We are learning more and more about steroid responsive meningitis arteritis (SRMA). This article published in JSAP (2019) by Spence et al. highlights that a significant number of dogs with SRMA also had cardiac abnormalities, including decreased fractional shortening, increased left ventricular dimensions, spontaneous echocontrast, pericardial effusions and increased cardiac troponins. Most of these abnormalities resolved with appropriate treatment for SRMA. However, in some cases where there was a clinical response noted for neck pain etc, the change in fractional shortening and left ventricular dimensions did not always resolve.

Last Chance to RSVP!

March 6th, 2020

The annual NEVS / NVS Trivia Night is coming up next Thursday, March 12th. If you haven’t already booked your table call us on 9452 2933 or email admin@northsidevetspecialists.com.au asap!

It’s Trivia Time!

February 14th, 2020

Save the date – our annual CPD Trivia Night will be held on Thursday, March 12th from 7:30pm. RSVP today to admin@northsidevetspecialists.com.au or 02 9452 2933

See attached flyer for more details :)

Platelet Rich Plasma (PRP) Therapy Now Available at NVS!

January 23rd, 2020

Platelet Rich Plasma (PRP) Injections have gained popularity in the human-world in the last few years – perhaps you’ve even had one yourself for a torn ACL, rotator cuff injury, tendinitis, or the like.

These injections have shown huge potential for our patients as well, particularly in the management of osteoarthritis, or tendon or ligament injuries. Northside Vet Specialists are excited to announce that we are now able to provide this therapy in hospital. The procedure is relatively quick, safe, and very effective.

If you have any questions, or have a patient that you feel would benefit from this procedure, please have a chat to a member of our surgical team on 9452 2933!

Video Capsule Endoscopy Now Available at NVS!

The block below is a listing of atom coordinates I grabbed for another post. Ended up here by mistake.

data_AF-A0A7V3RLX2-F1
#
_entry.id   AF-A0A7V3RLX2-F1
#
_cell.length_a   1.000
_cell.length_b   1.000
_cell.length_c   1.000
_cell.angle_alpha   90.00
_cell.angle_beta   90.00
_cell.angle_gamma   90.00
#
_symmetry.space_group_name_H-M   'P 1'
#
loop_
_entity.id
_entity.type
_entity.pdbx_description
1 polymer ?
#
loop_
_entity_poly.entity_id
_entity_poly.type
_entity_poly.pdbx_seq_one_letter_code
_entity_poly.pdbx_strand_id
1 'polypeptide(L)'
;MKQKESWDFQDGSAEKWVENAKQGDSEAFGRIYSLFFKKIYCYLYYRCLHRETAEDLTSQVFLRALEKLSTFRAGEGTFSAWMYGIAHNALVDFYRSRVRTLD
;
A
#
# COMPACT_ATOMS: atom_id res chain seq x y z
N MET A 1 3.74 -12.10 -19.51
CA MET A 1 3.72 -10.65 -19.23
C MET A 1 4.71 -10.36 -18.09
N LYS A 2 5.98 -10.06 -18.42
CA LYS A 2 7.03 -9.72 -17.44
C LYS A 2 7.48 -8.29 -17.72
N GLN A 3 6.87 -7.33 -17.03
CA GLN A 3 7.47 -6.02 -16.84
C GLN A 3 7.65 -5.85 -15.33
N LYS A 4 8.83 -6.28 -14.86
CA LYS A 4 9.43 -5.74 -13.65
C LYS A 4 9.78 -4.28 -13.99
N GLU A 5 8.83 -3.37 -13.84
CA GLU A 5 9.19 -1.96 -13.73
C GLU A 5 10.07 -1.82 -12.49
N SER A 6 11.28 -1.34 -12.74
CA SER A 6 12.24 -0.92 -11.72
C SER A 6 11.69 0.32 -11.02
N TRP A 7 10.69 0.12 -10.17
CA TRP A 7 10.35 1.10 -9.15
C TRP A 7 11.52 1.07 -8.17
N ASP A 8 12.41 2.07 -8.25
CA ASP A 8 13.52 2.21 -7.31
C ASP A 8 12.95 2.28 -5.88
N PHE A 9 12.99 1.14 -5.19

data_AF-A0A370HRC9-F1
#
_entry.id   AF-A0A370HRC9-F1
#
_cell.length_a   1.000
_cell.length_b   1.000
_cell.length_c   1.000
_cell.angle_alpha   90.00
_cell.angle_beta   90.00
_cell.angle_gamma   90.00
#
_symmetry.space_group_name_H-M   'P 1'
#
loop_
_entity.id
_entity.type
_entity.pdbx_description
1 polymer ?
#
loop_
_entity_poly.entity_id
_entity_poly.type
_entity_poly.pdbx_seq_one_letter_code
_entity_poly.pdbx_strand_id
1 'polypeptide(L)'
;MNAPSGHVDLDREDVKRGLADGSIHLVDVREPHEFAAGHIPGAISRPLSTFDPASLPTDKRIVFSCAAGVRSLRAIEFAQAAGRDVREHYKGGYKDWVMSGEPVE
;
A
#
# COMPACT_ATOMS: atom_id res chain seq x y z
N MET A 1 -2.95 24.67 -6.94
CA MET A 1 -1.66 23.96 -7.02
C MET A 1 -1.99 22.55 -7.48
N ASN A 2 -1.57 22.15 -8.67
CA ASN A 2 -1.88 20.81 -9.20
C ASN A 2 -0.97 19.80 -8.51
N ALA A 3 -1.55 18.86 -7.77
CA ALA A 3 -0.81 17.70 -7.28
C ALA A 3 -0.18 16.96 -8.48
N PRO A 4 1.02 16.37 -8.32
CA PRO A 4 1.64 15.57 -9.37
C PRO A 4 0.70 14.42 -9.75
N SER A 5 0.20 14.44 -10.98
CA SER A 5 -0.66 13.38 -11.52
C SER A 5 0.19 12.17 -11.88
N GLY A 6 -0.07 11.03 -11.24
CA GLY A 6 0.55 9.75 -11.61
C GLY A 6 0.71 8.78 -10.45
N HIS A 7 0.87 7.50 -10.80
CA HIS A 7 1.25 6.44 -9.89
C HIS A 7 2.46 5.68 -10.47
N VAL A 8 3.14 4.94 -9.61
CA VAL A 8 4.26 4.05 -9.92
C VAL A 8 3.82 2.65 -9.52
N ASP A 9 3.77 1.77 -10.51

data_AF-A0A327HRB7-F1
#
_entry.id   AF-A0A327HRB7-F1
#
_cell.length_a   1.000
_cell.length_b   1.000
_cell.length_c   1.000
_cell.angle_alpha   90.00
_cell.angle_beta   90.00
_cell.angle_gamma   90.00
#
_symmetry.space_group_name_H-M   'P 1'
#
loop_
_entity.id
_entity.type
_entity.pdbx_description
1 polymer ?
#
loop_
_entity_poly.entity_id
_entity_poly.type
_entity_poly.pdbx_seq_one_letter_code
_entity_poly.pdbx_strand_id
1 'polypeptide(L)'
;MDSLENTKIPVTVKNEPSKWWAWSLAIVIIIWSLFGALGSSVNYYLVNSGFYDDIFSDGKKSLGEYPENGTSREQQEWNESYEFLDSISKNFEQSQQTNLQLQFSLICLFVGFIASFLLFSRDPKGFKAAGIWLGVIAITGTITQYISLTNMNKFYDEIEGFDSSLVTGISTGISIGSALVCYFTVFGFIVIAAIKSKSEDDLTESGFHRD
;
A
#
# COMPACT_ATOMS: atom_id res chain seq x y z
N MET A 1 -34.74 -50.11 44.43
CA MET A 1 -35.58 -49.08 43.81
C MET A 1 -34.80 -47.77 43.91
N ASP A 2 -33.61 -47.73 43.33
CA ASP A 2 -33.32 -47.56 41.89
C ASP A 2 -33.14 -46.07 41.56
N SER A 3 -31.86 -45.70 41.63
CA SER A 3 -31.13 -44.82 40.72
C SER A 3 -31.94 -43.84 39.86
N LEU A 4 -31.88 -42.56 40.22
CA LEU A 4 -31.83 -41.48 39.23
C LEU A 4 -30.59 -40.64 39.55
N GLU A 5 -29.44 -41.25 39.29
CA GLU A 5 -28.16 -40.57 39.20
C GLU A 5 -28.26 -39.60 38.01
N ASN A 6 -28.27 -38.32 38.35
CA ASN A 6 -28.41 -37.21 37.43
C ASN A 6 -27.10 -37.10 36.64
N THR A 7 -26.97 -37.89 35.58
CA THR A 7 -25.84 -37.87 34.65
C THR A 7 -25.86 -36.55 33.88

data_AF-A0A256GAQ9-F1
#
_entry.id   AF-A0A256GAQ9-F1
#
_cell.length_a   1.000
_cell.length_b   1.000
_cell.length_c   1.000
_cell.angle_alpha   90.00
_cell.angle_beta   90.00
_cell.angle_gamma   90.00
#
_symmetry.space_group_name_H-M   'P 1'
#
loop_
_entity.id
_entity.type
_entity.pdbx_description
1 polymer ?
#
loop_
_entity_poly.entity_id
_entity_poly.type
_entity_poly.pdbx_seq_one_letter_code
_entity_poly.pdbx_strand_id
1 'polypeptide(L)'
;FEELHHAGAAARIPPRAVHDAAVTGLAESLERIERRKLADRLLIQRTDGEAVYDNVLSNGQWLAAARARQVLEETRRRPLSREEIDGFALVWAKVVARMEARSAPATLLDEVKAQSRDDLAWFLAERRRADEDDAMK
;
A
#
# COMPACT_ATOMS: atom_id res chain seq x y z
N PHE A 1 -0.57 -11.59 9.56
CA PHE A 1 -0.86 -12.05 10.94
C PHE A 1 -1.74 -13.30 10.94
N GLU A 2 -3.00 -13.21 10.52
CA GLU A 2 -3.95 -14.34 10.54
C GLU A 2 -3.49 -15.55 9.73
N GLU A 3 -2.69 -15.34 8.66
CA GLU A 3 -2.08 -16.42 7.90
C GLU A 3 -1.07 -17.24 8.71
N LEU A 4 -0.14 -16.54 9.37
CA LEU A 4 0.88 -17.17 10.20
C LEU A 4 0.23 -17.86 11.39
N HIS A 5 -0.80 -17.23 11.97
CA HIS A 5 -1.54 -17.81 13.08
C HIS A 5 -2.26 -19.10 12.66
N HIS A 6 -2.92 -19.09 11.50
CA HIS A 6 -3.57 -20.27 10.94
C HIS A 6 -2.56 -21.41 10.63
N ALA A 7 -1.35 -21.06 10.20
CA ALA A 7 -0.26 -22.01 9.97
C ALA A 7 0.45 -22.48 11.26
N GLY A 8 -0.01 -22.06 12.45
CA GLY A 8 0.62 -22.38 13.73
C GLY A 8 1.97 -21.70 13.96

January 21st, 2020

Working up gastro-intestinal disease can be incredibly frustrating, but especially so in pets with co-existing problems that make anaesthetic procedures higher-risk.

Often we would recommend endoscopy to directly visualise the stomach and intestines, and potentially take biopsies at the same time. In higher-risk patients however, a less-invasive option would allow us to see the gastro-instestinal tract, and make an informed decision about whether a more invasive procedure is warranted. Enter video capsule endoscopy. This pill-sized capsule contains multiple cameras that take thousands of pictures as it makes its way through the body. No anaesthetic required- we just give the capsule by mouth, and wait for it to reappear…

:wink:

Capsule endoscopy is a great option for those cases where either the patient or the client would benefit from a low-risk, stepwise approach to diagnosis.

If you have any questions, or have a patient that you feel may be a candidate, have a chat with a member of our Medicine team! 9452 2933

NVS Diagnostic Imaging Service Expanding!

January 13th, 2020

We are thrilled to welcome Dr. Mariano Makara, Specialist in Veterinary Diagnostic Imaging to the NVS team. Mariano will be at NVS on Wednesdays and Thursdays, and is available for both external imaging procedures, as well as to support our internal specialists with CTs, MRI, Ultrasound, Videofluoroscopy, and interventional procedures.